do that. I might be a bit more cheeky now, but in

those days, no way."
So cheeky, in fact, that Howitt castr
flirtatious restaurant patron called
Bloke."
"That was Gwyneth actually - I castI
main part and she cast me in that part. S
ed I do a little scene with her. The guy th
to hit on her, that's me. It's a quick seen
don't want to ruin your own film by bein
But "Sliding Doors" is far from r
Howitt's great script, along with Paltr
the show. Paltrow, again showing off tl
she perfected in "Emma," impressed ev
Brit Howitt.
"She does it so effortlessly - you can
wheels going around at all. And then s
'Where's my cawfee. Gimme a cigar
yaT"
Aside from Paltrow, others inspired
astounding efforts on "Sliding Doors."'

Sets distract great 'West' performances

By Christopher Tkaczyk
Fine / Performing Arts Editor
This past weekend's production of "West Side Story" proved
Now talented University students are. The department of musi-
cal theater shined as all aspects of its aptitude was showcased'
within the Bernstein/Sondheim/Robbins musical.
The show's major dance numbers were captivating and com-
pelling. The Jets and Sharks sparkled in such dance gems as
"The Prologue;" "Dance at the Gym," "Cool," "America," and
"The Rumble." Robbins' brilliant choreography was given new
life and a new touch by visiting Broadway choreographer Mark
Esposito.
Adriene Daigneault and James Luxton gave the best perfor-
*ances of the evening as Maria and Tony. Their scenes togeth-
er were passionate and romantic. From the first few bars of
"Tonight" to the final note of"I Have a Love,' Luxton's charis-
matic tenor voice wooed not only the dainty Maria, but the
audience as well. Daigneault's surprising soprano capabilities
strove her character's beauty, and everyone understood why
Tony fell in love. "One Hand / One Heart" brought out the love
in all, as each character professes his/her vows to the other.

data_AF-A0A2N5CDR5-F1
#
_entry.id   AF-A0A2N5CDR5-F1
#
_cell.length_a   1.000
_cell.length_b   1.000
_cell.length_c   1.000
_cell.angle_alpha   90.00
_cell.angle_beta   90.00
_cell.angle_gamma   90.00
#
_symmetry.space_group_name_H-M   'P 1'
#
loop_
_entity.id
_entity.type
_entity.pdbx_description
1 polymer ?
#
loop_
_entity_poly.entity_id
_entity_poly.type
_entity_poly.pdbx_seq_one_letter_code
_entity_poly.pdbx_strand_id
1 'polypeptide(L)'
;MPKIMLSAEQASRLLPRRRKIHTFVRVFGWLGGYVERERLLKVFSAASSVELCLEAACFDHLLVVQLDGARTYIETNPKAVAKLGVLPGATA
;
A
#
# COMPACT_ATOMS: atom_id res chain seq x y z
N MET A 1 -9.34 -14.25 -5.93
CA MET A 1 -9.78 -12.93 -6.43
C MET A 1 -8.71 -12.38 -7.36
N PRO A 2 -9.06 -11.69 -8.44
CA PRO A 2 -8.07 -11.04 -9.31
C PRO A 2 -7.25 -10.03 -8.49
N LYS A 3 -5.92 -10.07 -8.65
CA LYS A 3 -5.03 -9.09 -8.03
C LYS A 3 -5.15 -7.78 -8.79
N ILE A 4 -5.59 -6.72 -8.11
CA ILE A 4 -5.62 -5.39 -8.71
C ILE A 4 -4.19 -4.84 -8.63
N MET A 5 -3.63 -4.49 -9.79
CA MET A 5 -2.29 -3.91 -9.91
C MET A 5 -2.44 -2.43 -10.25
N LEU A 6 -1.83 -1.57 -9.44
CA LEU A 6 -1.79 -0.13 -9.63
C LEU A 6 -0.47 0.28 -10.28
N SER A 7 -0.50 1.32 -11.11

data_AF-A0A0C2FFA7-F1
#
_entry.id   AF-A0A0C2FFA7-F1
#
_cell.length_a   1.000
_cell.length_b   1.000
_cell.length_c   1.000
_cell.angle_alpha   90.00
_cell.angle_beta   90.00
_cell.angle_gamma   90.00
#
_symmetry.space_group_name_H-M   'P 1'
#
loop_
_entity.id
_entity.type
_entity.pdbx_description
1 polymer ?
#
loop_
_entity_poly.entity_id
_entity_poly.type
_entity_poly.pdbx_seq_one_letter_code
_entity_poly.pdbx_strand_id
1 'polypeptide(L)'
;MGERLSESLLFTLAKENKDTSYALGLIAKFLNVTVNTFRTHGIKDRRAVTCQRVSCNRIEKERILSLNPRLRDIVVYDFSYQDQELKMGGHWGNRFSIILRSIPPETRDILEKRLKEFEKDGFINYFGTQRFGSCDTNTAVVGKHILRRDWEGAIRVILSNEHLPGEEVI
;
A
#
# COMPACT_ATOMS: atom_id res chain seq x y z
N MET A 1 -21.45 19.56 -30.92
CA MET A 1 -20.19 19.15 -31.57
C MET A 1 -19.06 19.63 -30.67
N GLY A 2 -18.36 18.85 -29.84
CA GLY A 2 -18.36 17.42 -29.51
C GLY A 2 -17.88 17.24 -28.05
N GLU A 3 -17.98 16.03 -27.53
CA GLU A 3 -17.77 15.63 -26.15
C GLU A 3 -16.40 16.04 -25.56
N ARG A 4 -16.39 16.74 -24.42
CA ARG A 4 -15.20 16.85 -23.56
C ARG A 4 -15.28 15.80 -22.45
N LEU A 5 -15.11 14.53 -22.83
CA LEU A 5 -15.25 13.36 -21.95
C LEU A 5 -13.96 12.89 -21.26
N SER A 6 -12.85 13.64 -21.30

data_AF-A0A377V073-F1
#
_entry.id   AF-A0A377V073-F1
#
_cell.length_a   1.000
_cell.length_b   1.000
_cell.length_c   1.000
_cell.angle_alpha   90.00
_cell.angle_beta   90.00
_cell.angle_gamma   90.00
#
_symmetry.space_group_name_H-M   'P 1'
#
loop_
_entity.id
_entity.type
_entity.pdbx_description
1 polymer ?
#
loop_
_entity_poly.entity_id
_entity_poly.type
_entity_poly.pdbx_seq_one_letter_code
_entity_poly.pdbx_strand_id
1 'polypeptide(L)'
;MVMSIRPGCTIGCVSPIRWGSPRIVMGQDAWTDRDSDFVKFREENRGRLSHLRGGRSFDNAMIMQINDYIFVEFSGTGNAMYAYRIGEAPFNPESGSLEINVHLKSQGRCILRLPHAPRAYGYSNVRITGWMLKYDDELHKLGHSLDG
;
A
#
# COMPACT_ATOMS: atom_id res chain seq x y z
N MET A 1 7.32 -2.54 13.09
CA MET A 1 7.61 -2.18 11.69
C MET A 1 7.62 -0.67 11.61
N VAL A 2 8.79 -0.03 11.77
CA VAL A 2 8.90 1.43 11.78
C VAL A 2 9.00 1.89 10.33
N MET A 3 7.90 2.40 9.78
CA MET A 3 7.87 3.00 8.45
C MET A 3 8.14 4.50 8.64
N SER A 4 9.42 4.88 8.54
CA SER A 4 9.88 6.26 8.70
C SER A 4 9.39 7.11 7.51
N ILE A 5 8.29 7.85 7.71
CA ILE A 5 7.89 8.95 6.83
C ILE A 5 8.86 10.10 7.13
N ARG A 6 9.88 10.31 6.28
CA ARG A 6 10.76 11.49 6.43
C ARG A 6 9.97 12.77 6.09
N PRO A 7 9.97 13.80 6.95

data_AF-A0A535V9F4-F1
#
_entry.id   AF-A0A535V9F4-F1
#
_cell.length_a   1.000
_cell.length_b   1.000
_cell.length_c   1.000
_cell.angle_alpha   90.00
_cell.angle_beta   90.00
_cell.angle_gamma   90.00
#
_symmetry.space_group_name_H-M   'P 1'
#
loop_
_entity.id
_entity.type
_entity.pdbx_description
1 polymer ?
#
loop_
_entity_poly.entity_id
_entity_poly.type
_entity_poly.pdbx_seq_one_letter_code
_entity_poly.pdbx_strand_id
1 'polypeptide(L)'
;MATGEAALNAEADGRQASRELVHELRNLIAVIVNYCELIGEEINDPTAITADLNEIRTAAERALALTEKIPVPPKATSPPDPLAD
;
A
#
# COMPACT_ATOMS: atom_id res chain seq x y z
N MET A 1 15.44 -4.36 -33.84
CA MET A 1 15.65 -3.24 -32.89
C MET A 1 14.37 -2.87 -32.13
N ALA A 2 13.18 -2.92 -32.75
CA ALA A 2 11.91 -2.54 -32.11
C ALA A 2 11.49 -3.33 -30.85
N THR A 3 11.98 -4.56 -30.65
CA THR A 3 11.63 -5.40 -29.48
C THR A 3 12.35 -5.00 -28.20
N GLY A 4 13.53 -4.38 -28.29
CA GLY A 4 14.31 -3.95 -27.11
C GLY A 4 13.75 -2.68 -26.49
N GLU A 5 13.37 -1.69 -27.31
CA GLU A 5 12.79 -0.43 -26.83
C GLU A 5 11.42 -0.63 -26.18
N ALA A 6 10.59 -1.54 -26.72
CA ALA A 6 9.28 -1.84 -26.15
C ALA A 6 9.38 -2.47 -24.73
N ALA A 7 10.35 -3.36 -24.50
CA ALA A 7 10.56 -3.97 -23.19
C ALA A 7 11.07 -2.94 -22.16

The supporting cast rounded off the production, making
"West Side Story" an enjoyable show altogether. While no Rita
Moreno, Erika Shannon's Anita was comical and lusty. Her
performance during "America" was an extreme climax of the
riighly ethnic song. Michael Short's Bernardo was debonair
and suave, and a believable enemy to the WASPy Jets. He and
Shannon made an excellent pair. Leading the Jets was Jeremy
Davis as Riff. Although a fine singer, Davis seemed way too
stiff to portray the head cool guy. Riff can't be nervous unless
if he knows he's about to meet his match.
The dancers during "Dance in the Gym" have to be com-

mended for their ability to pull off all the fast action. "Gee,
Officer Krupke" was hilariously entertaining. The gang of mis-
fits carried the fast-paced humor well, and threw in an occa-
sional contorted face to boot.
While Esposito's choreography was moving, the
"Somewhere" dream sequence proved to be an over-done
scene. Slightly bordering cheesy, the scent du fromage pre-
vented a dramatic reaction from the awkward goings-on. While
a very talented Jessica Murphy sang a beautiful version of

Things to Do Before You Graduate

West Side
Power Center
April 16, 1998

"Somewhere," her voice was piped in
over the theater soundsystem as a select
handful of characters danced a mid-
show ballet. While it may have worked
in the Robert Weiss film and the origi-
nal staging, this version was less than
stunning.
This version of "West Side Story"
was slightly abstract, as the set design
remained simple with a mostly dark
scenes tableaued by moving staircases
and dark front shutters that replaced the
ordinary stage curtain. It would have
worked well if set designer Rob Murphy
had not tried to recreate an M.C. Escher
scene during the big "Quintet" number.

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"West Side Story" is universal and timeless not only because
of its Shakespearean themes, but mostly because of the genius
score and book. Altering a production by placing the characters
in the drab setting of a timeless abstract environment tries to
showcase the talents of its singers. While someone may have
nice performances to watch and hear, it's also captivating to
have something beautiful to look at as well.

U I .1